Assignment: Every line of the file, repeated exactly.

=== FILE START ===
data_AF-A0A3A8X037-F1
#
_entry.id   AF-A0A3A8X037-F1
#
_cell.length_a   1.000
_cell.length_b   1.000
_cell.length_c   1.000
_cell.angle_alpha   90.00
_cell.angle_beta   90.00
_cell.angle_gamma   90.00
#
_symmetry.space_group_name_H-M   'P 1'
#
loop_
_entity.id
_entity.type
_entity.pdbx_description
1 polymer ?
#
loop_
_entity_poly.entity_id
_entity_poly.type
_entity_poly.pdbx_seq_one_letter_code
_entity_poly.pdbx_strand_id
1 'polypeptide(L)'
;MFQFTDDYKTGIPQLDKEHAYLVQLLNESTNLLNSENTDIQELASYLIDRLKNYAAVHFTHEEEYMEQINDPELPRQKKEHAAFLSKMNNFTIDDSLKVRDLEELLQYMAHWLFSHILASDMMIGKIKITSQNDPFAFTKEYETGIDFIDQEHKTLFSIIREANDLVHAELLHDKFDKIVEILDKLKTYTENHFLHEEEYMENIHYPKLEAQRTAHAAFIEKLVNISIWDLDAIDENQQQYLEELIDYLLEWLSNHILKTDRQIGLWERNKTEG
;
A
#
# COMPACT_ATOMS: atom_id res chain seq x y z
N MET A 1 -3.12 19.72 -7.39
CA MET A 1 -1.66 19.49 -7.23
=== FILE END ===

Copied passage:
data_AF-A0A3A8X037-F1
#
_entry.id   AF-A0A3A8X037-F1
#
_cell.length_a   1.000
_cell.length_b   1.000
_cell.length_c   1.000
_cell.angle_alpha   90.00
_cell.angle_beta   90.00
_cell.angle_gamma   90.00
#
_symmetry.space_group_name_H-M   'P 1'
#
loop_
_entity.id
_entity.type
_entity.pdbx_description
1 polymer ?
#
loop_
_entity_poly.entity_id
_entity_poly.type
_entity_poly.pdbx_seq_one_letter_code
_entity_poly.pdbx_strand_id
1 'polypeptide(L)'
;MFQFTDDYKTGIPQLDKEHAYLVQLLNESTNLLNSENTDIQELASYLIDRLKNYAAVHFTHEEEYMEQINDPELPRQKKEHAAFLSKMNNFTIDDSLKVRDLEELLQYMAHWLFSHILASDMMIGKIKITSQNDPFAFTKEYETGIDFIDQEHKTLFSIIREANDLVHAELLHDKFDKIVEILDKLKTYTENHFLHEEEYMENIHYPKLEAQRTAHAAFIEKLVNISIWDLDAIDENQQQYLEELIDYLLEWLSNHILKTDRQIGLWERNKTEG
;
A
#
# COMPACT_ATOMS: atom_id res chain seq x y z
N MET A 1 -3.12 19.72 -7.39
CA MET A 1 -1.66 19.49 -7.23